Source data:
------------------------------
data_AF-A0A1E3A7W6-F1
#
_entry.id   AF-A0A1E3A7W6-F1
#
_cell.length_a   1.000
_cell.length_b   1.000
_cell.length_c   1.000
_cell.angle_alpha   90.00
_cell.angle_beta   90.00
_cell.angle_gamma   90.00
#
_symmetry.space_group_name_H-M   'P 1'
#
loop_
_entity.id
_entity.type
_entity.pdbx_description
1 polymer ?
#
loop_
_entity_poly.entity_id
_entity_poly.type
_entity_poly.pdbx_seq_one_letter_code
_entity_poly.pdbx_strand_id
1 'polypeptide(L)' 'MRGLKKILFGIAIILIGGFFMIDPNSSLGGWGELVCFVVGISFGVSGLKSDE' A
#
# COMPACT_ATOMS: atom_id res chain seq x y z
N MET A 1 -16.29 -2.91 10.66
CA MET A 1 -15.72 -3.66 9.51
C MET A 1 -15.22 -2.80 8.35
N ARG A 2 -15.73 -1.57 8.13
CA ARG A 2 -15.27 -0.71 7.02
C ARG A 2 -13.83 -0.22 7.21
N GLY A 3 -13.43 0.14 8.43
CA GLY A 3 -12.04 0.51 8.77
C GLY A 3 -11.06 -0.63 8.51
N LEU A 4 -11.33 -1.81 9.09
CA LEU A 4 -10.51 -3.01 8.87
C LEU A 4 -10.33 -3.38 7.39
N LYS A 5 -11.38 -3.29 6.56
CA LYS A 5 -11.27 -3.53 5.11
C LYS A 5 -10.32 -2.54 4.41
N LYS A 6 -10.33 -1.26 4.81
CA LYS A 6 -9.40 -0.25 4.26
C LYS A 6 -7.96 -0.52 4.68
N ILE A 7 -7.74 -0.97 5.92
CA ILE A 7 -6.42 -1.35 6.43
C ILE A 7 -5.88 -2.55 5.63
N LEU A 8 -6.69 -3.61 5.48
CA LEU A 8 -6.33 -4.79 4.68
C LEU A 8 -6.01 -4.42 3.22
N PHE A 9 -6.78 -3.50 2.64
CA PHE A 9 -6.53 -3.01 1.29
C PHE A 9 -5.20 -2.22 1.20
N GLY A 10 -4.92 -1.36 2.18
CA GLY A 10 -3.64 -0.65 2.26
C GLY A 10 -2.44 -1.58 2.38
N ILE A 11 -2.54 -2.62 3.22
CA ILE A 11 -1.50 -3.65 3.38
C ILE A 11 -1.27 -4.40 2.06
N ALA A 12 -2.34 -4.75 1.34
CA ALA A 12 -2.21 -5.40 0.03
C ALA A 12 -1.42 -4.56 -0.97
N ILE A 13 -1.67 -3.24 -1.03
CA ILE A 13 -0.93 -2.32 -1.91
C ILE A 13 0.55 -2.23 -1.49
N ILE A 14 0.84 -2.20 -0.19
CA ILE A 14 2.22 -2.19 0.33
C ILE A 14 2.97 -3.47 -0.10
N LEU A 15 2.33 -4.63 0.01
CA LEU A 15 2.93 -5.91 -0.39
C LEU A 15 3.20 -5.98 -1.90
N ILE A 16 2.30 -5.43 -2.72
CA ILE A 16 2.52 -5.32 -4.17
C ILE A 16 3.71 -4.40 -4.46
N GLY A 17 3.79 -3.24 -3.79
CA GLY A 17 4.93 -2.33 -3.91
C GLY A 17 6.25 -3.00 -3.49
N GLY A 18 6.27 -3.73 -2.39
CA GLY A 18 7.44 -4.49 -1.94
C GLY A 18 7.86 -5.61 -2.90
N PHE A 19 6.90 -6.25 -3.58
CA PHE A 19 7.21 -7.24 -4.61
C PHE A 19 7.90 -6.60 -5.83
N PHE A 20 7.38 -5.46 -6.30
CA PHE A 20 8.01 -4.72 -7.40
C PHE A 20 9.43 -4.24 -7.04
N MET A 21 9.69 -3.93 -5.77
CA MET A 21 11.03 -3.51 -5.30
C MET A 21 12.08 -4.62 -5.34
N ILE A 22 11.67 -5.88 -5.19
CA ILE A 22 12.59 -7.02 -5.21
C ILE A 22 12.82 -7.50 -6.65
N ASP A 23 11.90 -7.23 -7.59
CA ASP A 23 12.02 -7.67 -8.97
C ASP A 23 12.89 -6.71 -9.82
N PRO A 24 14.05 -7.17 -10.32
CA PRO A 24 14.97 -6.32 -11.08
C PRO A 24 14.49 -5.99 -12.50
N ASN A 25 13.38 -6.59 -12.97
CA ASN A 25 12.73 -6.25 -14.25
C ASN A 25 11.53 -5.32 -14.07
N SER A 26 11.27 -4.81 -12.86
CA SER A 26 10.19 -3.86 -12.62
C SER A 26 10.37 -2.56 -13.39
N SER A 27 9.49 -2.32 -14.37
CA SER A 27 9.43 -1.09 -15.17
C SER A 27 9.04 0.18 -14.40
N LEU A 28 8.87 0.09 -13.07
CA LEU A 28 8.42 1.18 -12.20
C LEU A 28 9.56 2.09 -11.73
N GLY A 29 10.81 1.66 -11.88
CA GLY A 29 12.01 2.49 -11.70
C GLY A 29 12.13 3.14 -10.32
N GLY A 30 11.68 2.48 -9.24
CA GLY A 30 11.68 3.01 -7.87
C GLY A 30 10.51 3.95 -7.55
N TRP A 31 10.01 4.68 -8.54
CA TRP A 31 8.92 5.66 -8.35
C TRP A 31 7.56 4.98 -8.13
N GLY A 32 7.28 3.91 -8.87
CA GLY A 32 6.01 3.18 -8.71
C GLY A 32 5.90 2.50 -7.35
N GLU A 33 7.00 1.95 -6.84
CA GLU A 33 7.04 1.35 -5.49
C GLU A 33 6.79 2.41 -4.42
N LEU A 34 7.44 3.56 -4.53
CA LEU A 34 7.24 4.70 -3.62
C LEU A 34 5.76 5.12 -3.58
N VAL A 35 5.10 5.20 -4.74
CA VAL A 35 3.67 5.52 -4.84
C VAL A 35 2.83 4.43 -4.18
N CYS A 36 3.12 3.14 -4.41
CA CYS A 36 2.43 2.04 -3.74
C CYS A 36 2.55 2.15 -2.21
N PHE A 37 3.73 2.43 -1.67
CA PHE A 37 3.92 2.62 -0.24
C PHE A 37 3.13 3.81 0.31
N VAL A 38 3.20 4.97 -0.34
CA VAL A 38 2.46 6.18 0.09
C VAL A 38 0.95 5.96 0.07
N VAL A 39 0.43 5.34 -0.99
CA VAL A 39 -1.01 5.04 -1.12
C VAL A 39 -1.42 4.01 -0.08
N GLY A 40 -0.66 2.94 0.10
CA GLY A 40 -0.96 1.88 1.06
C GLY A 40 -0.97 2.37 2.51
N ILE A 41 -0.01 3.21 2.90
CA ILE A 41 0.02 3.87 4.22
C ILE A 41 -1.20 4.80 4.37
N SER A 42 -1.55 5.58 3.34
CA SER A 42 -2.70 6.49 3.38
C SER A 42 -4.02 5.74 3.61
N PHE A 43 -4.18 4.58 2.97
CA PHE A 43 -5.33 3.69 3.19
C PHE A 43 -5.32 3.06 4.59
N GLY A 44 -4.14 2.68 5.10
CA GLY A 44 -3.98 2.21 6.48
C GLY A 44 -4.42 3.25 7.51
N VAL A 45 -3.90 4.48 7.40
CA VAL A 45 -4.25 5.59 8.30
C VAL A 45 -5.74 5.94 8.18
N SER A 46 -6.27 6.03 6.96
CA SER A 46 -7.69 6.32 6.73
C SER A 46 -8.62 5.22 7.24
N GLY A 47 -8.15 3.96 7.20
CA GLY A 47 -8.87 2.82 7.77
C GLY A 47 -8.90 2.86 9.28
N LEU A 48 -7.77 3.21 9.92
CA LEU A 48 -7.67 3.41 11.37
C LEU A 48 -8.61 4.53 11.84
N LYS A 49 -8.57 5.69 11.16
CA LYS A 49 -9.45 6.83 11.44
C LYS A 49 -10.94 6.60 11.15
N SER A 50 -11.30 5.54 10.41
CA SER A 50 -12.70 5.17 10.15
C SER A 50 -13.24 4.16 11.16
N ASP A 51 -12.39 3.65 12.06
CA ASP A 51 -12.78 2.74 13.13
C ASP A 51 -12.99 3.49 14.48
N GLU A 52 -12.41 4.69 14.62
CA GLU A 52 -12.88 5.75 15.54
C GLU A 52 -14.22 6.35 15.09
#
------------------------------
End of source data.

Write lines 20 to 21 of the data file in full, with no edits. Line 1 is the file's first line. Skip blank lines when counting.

loop_
_entity_poly.entity_id